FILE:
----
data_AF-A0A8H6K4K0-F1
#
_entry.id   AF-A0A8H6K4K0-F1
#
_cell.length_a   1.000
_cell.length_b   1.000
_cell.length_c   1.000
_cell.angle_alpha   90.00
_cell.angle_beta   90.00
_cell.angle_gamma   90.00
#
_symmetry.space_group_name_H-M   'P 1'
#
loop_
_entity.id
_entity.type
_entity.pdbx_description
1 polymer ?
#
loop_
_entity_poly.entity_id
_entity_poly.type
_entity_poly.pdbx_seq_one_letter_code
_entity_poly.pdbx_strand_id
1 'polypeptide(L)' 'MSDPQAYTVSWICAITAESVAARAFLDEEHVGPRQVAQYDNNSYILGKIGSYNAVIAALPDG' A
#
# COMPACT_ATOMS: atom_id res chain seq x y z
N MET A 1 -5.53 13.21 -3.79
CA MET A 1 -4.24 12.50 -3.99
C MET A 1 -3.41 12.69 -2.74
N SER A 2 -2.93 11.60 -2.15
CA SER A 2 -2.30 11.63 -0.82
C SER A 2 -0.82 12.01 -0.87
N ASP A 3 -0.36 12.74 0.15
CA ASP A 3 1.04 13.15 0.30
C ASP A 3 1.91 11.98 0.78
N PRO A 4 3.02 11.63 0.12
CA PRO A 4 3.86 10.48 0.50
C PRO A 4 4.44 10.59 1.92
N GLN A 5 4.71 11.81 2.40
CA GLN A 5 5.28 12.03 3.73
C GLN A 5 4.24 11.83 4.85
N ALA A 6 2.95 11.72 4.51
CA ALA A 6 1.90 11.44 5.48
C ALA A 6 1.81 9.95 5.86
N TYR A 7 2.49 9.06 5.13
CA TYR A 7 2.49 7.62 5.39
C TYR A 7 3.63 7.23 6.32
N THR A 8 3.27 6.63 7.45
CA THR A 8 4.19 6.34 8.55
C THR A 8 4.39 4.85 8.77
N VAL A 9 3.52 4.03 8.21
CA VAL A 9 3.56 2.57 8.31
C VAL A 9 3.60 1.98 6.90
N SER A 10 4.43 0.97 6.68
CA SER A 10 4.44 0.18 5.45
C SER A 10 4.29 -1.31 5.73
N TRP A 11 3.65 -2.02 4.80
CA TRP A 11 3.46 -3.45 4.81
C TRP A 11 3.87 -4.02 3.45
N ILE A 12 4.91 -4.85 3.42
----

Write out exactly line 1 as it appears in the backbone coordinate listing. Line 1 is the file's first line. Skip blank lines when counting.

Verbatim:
data_AF-A0A8H6K4K0-F1